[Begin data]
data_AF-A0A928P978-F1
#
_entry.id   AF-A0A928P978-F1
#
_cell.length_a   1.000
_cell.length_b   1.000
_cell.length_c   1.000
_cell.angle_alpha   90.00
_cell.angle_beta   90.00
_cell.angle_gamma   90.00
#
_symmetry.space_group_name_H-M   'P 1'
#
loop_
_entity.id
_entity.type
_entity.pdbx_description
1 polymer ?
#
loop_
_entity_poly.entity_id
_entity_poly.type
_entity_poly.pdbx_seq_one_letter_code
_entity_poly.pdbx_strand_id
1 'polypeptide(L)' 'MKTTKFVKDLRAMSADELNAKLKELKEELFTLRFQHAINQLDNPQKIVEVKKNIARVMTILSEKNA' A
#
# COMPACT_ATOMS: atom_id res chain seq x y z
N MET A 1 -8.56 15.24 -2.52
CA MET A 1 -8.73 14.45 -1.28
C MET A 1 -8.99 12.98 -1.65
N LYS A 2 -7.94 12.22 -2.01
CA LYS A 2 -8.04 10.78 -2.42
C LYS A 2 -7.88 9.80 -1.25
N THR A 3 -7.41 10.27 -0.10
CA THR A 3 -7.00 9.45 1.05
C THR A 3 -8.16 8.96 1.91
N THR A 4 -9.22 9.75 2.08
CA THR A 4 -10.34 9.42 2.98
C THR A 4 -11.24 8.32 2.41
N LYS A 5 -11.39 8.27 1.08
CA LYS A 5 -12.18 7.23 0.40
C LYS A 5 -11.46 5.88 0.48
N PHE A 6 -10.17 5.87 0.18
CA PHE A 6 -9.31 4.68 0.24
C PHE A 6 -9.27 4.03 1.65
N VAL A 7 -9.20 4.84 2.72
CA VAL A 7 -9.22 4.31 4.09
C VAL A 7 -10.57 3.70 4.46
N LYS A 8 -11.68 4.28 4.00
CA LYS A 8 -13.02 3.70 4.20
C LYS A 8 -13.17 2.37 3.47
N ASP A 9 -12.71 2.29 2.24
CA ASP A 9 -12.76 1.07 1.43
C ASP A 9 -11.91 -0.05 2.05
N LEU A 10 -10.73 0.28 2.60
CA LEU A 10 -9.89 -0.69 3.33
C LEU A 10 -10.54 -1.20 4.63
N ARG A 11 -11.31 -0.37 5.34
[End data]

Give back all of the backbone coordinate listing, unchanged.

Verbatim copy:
data_AF-A0A928P978-F1
#
_entry.id   AF-A0A928P978-F1
#
_cell.length_a   1.000
_cell.length_b   1.000
_cell.length_c   1.000
_cell.angle_alpha   90.00
_cell.angle_beta   90.00
_cell.angle_gamma   90.00
#
_symmetry.space_group_name_H-M   'P 1'
#
loop_
_entity.id
_entity.type
_entity.pdbx_description
1 polymer ?
#
loop_
_entity_poly.entity_id
_entity_poly.type
_entity_poly.pdbx_seq_one_letter_code
_entity_poly.pdbx_strand_id
1 'polypeptide(L)' 'MKTTKFVKDLRAMSADELNAKLKELKEELFTLRFQHAINQLDNPQKIVEVKKNIARVMTILSEKNA' A
#
# COMPACT_ATOMS: atom_id res chain seq x y z
N MET A 1 -8.56 15.24 -2.52
CA MET A 1 -8.73 14.45 -1.28
C MET A 1 -8.99 12.98 -1.65
N LYS A 2 -7.94 12.22 -2.01
CA LYS A 2 -8.04 10.78 -2.42
C LYS A 2 -7.88 9.80 -1.25
N THR A 3 -7.41 10.27 -0.10
CA THR A 3 -7.00 9.45 1.05
C THR A 3 -8.16 8.96 1.91
N THR A 4 -9.22 9.75 2.08
CA THR A 4 -10.34 9.42 2.98
C THR A 4 -11.24 8.32 2.41
N LYS A 5 -11.39 8.27 1.08
CA LYS A 5 -12.18 7.23 0.40
C LYS A 5 -11.46 5.88 0.48
N PHE A 6 -10.17 5.87 0.18
CA PHE A 6 -9.31 4.68 0.24
C PHE A 6 -9.27 4.03 1.65
N VAL A 7 -9.20 4.84 2.72
CA VAL A 7 -9.22 4.31 4.09
C VAL A 7 -10.57 3.70 4.46
N LYS A 8 -11.68 4.28 4.00
CA LYS A 8 -13.02 3.70 4.20
C LYS A 8 -13.17 2.37 3.47
N ASP A 9 -12.71 2.29 2.24
CA ASP A 9 -12.76 1.07 1.43
C ASP A 9 -11.91 -0.05 2.05
N LEU A 10 -10.73 0.28 2.60
CA LEU A 10 -9.89 -0.69 3.33
C LEU A 10 -10.54 -1.20 4.63
N ARG A 11 -11.31 -0.37 5.34